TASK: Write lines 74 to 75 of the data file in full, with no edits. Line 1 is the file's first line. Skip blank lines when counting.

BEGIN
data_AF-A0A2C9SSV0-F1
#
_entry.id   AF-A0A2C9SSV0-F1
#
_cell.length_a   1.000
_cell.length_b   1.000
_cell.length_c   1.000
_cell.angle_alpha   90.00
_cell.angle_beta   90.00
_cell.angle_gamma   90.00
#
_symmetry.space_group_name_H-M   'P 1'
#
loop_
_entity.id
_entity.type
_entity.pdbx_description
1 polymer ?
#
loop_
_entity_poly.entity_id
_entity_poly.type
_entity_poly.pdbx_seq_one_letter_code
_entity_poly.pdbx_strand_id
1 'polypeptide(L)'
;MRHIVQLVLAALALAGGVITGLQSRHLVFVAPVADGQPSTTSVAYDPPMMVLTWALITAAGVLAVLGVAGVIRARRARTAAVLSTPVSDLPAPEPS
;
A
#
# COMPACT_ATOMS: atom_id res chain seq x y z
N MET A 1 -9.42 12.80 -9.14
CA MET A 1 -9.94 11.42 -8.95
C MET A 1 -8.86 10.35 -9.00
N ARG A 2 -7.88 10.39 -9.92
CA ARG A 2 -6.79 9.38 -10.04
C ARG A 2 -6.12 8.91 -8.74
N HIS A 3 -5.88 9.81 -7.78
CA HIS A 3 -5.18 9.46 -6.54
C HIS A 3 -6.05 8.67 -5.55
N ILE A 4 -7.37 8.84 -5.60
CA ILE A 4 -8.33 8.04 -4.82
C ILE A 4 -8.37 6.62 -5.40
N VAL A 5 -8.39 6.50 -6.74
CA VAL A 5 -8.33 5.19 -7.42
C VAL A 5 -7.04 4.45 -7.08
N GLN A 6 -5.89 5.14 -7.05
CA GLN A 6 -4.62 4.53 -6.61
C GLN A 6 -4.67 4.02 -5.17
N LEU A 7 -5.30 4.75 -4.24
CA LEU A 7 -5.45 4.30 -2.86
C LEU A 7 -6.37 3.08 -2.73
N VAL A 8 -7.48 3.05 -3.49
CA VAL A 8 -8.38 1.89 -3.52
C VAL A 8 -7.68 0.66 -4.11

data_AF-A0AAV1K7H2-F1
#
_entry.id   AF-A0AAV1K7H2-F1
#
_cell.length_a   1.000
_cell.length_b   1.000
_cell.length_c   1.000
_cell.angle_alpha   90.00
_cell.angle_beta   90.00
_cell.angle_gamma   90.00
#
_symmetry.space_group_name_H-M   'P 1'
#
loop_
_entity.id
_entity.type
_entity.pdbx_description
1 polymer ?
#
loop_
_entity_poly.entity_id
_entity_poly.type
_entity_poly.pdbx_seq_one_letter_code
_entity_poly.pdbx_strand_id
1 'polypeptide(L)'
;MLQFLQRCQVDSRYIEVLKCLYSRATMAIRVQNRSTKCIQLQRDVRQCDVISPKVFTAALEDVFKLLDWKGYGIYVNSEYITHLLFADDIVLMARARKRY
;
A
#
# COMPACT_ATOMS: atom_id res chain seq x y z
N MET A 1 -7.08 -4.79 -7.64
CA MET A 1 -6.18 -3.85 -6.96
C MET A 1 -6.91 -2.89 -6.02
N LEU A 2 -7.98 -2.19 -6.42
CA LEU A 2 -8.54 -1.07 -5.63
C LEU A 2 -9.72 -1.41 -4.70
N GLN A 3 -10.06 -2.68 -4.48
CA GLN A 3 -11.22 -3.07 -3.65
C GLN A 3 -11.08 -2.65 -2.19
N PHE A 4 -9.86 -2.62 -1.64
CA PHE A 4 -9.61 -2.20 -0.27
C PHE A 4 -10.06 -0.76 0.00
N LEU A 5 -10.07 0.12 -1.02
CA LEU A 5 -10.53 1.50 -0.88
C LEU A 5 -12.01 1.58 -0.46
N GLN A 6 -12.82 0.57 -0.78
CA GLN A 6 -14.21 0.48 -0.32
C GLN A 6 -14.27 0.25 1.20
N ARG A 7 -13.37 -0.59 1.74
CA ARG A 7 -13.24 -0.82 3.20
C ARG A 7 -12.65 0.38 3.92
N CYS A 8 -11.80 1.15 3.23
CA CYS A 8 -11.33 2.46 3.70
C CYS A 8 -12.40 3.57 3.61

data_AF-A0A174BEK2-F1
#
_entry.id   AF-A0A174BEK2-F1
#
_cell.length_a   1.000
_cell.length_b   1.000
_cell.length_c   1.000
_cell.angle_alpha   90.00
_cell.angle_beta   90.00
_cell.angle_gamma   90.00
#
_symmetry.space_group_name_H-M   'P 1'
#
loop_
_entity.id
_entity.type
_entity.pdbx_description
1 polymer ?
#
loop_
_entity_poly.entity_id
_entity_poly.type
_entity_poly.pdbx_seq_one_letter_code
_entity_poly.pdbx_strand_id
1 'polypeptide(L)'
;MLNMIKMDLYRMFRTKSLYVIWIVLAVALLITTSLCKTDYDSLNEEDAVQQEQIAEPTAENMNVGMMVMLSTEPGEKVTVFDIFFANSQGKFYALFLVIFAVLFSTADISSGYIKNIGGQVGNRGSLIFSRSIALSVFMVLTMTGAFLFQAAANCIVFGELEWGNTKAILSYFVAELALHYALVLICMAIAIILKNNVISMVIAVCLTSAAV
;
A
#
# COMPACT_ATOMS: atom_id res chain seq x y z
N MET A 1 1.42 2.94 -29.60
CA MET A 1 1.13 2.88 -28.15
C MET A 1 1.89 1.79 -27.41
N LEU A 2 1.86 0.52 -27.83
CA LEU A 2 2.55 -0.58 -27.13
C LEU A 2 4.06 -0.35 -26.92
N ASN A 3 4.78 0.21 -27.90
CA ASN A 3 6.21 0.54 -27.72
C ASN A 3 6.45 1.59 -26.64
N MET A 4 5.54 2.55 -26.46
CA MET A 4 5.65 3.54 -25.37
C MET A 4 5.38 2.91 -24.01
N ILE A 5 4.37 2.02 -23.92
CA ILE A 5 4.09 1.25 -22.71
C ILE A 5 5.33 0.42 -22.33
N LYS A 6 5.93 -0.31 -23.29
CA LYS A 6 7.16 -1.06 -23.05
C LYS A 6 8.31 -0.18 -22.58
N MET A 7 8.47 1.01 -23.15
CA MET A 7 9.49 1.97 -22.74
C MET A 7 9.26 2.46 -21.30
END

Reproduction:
loop_
_entity_poly.entity_id